Extend it in the mountains and the Flying Spur makes an appropriately aristocratic roar. But refinement is more important here, to which end the traditional soundproofing is supported by a foam layer in the Pirelli tyres, reducing tyre noise by five decibels. Equally comforting is the knowledge that the Flying Spur has a range of 500 miles, but can also reach 62mph in 3.8 seconds and a top speed of 207mph where appropriate. A GT car disguised as a long-range missile.
It’s also uncommonly beautiful for a big saloon, better looking even than its more glamorous coupé sibling, especially in the verdant green and Blackline 21-inch wheels of the car GQ tried (which also de-chromes all the exterior bright-work). Then there are its front wings, which have a unique flow and sense of volume that’s difficult to achieve in aluminium. It’s done using a technique called “superforming”, which heats the material to a temperature that allows it to be sculpted. “It’s expensive and demanding,” design director Stefan Sielaff tells GQ, “but the result is are these wonderful curves and tight radii.” On the Flying Spur they’re complemented by a front grille that’s 200mm larger than the GT’s, which also features vertical ribs that reference the ones found on WO Bentley’s personal 8.0-litre. Like BMW, Bentley is pushing the boundaries of taste when it comes to the front end, but if you’re in the market for a car like this, you’re hardly bothered about slipping under the radar. Why not go the full Alessandro Michele?
There’s also a new Flying B badge, the result of a two-year programme by the design team to modernise this 100-year-old symbol. It has a crystalline quality, rising out of and disappearing into the car’s grille via a button or if the rear-seat passenger is fiddling with the iPad-alike screen.
The Flying Spur features a unique centre console, which is cradled by the lower part of the “wing” structure used in Bentley cockpits. It also has a unique central vent. “I had to propose changing the famous ‘bullseye’ air vent,” head of interior design Brett Boydell says. “I set out to design a beautiful piece of sculpture that just happens to blow air through. There are 5,331 separate diamond knurled elements on the vent surround. I tasked our best surfacing guy with the job and he said, ‘It’s impossible. I’ll be here for a year.’ But he did it. In fact, we ended up writing software code in order to create the set-up we needed to make them.”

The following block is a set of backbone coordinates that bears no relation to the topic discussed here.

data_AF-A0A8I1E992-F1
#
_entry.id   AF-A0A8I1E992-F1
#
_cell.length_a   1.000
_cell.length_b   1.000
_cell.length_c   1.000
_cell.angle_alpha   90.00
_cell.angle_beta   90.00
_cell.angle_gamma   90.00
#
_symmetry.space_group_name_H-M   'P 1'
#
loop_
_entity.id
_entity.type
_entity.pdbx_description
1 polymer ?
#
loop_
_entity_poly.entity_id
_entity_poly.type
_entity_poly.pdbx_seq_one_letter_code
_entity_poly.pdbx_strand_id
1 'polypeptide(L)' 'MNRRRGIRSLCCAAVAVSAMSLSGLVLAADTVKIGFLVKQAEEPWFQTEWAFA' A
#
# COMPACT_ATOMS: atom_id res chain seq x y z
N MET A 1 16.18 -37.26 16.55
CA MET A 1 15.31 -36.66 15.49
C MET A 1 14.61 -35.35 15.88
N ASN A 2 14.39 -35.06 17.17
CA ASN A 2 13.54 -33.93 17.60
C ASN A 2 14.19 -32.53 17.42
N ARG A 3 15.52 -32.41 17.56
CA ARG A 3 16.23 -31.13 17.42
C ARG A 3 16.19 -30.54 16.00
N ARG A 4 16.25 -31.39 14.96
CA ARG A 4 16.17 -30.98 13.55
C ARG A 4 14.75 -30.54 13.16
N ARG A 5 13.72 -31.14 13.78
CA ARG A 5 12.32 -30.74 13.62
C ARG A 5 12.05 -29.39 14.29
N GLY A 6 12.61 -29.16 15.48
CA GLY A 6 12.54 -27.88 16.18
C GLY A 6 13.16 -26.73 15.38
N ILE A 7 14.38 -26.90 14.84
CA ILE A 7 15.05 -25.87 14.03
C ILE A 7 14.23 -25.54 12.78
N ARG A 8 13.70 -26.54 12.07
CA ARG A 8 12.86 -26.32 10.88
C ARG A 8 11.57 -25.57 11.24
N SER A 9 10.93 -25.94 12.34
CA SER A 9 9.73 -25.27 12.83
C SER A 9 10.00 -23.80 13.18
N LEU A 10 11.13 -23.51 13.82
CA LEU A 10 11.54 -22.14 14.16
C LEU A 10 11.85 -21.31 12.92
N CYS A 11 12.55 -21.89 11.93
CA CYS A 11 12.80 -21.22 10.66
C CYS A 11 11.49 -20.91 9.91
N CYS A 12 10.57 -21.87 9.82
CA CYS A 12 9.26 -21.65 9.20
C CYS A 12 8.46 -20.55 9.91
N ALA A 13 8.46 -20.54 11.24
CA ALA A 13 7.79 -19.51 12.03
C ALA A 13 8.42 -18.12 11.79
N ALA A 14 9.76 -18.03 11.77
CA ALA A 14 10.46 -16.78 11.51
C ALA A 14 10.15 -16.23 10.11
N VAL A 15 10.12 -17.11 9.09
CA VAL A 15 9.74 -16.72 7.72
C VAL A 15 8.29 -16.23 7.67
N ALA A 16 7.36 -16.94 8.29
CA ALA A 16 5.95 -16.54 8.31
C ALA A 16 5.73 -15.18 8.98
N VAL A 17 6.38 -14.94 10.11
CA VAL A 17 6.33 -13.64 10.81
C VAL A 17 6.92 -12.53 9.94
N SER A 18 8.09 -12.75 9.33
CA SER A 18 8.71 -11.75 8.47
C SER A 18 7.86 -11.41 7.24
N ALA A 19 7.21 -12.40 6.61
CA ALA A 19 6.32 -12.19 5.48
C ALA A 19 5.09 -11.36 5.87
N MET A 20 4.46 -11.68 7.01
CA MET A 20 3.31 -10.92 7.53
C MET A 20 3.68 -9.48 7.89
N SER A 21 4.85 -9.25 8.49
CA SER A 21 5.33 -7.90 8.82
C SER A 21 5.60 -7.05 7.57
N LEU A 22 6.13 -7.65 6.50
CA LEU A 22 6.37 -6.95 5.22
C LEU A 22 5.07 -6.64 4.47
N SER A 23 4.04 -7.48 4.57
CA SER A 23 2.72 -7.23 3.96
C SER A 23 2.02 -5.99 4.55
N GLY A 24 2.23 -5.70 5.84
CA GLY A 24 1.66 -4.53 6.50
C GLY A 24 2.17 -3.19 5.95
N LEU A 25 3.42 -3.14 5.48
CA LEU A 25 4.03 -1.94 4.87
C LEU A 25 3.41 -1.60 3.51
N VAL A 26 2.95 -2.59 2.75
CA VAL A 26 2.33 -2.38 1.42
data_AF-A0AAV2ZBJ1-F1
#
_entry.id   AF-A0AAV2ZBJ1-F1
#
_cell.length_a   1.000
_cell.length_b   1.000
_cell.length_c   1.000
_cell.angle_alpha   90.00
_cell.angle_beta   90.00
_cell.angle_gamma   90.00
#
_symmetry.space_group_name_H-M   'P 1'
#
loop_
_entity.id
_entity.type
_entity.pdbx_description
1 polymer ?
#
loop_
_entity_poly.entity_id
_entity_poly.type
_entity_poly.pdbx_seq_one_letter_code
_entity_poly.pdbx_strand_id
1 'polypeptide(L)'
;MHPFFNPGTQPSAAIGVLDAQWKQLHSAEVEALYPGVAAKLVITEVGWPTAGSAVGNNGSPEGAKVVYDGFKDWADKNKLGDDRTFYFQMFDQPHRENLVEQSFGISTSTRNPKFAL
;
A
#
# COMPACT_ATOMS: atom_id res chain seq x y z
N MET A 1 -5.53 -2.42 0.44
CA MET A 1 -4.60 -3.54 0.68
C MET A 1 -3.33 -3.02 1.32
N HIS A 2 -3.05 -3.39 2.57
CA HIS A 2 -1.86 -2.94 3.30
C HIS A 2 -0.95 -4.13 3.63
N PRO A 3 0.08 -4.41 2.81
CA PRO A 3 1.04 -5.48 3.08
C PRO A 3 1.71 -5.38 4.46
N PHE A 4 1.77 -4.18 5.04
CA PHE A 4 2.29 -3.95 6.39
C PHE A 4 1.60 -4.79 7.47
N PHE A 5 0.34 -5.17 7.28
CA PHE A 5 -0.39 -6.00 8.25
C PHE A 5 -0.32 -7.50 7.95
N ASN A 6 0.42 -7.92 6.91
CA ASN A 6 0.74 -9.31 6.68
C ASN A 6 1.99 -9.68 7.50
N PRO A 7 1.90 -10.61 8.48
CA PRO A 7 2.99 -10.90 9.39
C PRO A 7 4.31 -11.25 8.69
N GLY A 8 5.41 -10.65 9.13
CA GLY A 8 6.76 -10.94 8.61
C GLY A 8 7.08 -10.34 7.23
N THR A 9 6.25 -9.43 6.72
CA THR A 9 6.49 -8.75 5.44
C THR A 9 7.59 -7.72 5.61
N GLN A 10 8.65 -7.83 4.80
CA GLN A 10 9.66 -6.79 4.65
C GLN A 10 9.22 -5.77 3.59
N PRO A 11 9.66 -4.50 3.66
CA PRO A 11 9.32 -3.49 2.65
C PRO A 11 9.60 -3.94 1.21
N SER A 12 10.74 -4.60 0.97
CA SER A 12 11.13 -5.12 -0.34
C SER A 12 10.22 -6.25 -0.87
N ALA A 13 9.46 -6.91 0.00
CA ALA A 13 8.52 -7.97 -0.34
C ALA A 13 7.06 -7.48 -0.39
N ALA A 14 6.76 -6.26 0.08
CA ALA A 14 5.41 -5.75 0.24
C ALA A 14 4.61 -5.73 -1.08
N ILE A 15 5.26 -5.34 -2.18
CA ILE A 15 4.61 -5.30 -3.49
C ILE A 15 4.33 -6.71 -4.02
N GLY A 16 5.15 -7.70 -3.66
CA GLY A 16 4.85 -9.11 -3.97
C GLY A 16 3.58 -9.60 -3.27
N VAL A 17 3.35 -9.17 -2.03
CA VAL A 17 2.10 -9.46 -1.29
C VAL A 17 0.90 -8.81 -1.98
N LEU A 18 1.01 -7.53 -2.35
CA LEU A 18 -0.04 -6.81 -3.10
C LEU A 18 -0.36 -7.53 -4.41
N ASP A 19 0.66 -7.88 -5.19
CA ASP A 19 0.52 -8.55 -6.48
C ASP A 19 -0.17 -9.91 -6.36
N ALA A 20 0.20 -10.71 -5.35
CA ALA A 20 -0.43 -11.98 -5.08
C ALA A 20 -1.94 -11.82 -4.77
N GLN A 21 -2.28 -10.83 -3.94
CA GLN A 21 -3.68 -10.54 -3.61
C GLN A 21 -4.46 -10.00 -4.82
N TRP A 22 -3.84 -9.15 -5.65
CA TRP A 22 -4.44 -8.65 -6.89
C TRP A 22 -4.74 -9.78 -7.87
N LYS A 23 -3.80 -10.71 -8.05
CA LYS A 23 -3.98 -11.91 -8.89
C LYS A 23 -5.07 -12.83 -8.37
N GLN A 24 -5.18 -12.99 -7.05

100 years of history
The 3-D quilting on the door inlays is another beautiful touch, although it’s the rotating central display that generates the biggest sense of theatre. Again, Bentley is nudging up to the rubric of good taste here, but every customer is an individual and so it’s up to them how far they dial it up – or down.
Bentley’s post-war path was set by the R-type, whose fast-flowing coupé bodywork and rear-wheel spats genuinely revolutionised car design when it appeared in 1952. The S1 Flying Spur arrived in 1958, its body reworked by the artisans at HJ Mulliner for greater practicality. Just 432 S1 Continentals, two- and four-door, were made, its patrons including the likes of Ian Fleming and Aristotle Onassis. The new model reconnects it with this seemingly untouchable past, but adds a modernity and dynamism that the old guard would have been blown away by. The result is an unequivocally fabulous motor car.